The United States has a higher infant mortality rate than any of the other 27 wealthy countries
A baby born in the U.S. is nearly three times as likely to die during her first year of life as one born in Finland or Japan.
Despite healthcare spending levels that are significantly higher than any other country in the world, a baby born in the U.S. is less likely to see his first birthday than one born in Hungary, Poland or Slovakia. Or in Belarus. Or in Cuba,
The U.S. rate of 6.1 infant deaths per 1,000 live births masks considerable state-level variation. If Alabama were a country, its rate of 8.7 infant deaths per 1,000 would place it slightly behind Lebanon in the world rankings. Mississippi, with its 9.6 deaths, would be somewhere between Botswana and Bahrain.
In fact, infant mortality rates among wealthy Americans are similar to the mortality rates among wealthy Fins and Austrians. The difference is that in Finland and Austria, poor babies are nearly as likely to survive their first years as wealthy ones.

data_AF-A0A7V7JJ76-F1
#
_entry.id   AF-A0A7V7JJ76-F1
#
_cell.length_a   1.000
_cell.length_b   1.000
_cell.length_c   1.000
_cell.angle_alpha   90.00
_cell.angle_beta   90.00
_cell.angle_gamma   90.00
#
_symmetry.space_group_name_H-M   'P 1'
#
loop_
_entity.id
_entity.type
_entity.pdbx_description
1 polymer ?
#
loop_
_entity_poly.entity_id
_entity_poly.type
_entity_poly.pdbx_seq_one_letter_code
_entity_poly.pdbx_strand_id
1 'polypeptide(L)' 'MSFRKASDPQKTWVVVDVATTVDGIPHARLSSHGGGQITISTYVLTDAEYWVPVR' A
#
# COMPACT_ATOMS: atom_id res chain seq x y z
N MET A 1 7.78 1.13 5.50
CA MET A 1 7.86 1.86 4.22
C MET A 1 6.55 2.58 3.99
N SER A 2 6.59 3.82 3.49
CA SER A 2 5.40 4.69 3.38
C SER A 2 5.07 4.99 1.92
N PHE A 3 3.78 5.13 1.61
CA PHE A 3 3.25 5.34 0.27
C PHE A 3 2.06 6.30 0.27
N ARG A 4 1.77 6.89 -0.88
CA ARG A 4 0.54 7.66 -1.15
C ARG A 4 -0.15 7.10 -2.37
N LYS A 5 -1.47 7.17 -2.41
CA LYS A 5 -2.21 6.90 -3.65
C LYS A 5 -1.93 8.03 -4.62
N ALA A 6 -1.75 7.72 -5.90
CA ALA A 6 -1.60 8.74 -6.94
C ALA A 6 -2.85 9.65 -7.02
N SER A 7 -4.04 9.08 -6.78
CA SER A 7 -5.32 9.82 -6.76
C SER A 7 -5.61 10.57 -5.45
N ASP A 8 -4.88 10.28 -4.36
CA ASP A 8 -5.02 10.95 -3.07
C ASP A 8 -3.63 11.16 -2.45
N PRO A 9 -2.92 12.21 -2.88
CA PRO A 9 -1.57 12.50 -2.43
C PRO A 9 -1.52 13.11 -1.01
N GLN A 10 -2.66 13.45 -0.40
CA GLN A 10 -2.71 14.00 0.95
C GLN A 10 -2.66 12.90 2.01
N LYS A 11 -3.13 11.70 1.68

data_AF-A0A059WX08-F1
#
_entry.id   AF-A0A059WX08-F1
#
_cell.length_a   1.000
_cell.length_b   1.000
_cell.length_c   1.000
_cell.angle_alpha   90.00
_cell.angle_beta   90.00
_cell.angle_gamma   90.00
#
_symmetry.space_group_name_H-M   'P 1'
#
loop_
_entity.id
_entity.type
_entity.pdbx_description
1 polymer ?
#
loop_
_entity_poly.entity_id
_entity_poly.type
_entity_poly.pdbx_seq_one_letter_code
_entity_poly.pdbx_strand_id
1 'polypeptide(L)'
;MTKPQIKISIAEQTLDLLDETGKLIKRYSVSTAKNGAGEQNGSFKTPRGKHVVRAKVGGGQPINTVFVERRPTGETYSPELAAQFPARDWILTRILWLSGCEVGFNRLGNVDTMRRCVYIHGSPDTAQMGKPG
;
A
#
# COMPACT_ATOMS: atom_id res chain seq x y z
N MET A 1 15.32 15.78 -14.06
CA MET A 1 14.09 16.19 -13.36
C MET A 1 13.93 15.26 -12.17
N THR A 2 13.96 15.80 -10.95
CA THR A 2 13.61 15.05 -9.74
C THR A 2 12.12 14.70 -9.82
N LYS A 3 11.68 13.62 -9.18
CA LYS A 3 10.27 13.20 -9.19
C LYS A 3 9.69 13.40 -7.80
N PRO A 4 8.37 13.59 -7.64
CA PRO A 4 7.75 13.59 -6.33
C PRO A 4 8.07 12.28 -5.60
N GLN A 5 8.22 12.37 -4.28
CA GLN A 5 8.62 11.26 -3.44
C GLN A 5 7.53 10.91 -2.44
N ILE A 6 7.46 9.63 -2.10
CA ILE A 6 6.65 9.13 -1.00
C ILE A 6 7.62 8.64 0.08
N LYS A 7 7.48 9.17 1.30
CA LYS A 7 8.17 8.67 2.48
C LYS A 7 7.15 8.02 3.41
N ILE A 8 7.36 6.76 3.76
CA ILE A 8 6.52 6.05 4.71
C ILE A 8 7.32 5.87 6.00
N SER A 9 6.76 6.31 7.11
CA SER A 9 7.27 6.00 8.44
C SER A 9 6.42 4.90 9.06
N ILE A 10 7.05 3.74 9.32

15 million babies are born prematurely each year around the world. 1 million will die.
Average medical cost for a healthy baby: $4,389 for a premature baby: $54,194
Premature birth is the #1 killer of babies
1 in 10 babies is born prematurely
About 450,000 U.S. babies are born too soon each year
Did you know that in the United States premature infants whose parents cant afford a funeral can be considered medical waste and disposed off?
Did you know that there are no federal programs in place that provide assistance with the unexpected cost of burying a child?
Skyler’s Gift is the only nationwide organization that assist with the cost associated with the funerals of premature infants who pass away.
The average Skyler’s Gift grant for funeral assistance is $1500.